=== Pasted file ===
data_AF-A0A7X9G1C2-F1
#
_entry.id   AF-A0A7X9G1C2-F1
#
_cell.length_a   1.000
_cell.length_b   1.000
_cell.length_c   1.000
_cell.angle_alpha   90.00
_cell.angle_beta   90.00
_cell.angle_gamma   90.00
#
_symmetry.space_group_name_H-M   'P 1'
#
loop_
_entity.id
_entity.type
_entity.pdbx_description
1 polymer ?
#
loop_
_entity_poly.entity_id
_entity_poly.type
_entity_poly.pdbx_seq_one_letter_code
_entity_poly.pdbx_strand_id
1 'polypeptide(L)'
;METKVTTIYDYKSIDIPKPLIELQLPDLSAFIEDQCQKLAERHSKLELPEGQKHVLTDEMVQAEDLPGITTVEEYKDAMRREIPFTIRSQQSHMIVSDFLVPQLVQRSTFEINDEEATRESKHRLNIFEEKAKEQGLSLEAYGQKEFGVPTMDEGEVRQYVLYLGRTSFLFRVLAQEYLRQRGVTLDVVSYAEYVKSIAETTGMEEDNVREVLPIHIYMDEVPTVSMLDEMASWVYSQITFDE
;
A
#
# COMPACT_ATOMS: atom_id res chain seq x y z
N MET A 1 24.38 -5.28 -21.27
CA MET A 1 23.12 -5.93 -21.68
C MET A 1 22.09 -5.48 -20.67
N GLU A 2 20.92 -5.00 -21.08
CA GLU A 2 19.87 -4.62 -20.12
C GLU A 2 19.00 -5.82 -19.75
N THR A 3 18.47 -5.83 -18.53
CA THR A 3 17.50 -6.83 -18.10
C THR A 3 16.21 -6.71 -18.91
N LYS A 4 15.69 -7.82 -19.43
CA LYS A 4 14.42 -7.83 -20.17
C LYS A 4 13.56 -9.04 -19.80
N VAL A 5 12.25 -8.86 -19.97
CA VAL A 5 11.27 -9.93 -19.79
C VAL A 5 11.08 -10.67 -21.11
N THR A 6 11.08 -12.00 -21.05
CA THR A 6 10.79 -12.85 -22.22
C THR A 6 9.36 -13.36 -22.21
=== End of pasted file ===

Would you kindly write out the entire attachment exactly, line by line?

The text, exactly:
data_AF-A0A7X9G1C2-F1
#
_entry.id   AF-A0A7X9G1C2-F1
#
_cell.length_a   1.000
_cell.length_b   1.000
_cell.length_c   1.000
_cell.angle_alpha   90.00
_cell.angle_beta   90.00
_cell.angle_gamma   90.00
#
_symmetry.space_group_name_H-M   'P 1'
#
loop_
_entity.id
_entity.type
_entity.pdbx_description
1 polymer ?
#
loop_
_entity_poly.entity_id
_entity_poly.type
_entity_poly.pdbx_seq_one_letter_code
_entity_poly.pdbx_strand_id
1 'polypeptide(L)'
;METKVTTIYDYKSIDIPKPLIELQLPDLSAFIEDQCQKLAERHSKLELPEGQKHVLTDEMVQAEDLPGITTVEEYKDAMRREIPFTIRSQQSHMIVSDFLVPQLVQRSTFEINDEEATRESKHRLNIFEEKAKEQGLSLEAYGQKEFGVPTMDEGEVRQYVLYLGRTSFLFRVLAQEYLRQRGVTLDVVSYAEYVKSIAETTGMEEDNVREVLPIHIYMDEVPTVSMLDEMASWVYSQITFDE
;
A
#
# COMPACT_ATOMS: atom_id res chain seq x y z
N MET A 1 24.38 -5.28 -21.27
CA MET A 1 23.12 -5.93 -21.68
C MET A 1 22.09 -5.48 -20.67
N GLU A 2 20.92 -5.00 -21.08
CA GLU A 2 19.87 -4.62 -20.12
C GLU A 2 19.00 -5.82 -19.75
N THR A 3 18.47 -5.83 -18.53
CA THR A 3 17.50 -6.83 -18.10
C THR A 3 16.21 -6.71 -18.91
N LYS A 4 15.69 -7.82 -19.43
CA LYS A 4 14.42 -7.83 -20.17
C LYS A 4 13.56 -9.04 -19.80
N VAL A 5 12.25 -8.86 -19.97
CA VAL A 5 11.27 -9.93 -19.79
C VAL A 5 11.08 -10.67 -21.11
N THR A 6 11.08 -12.00 -21.05
CA THR A 6 10.79 -12.85 -22.22
C THR A 6 9.36 -13.36 -22.21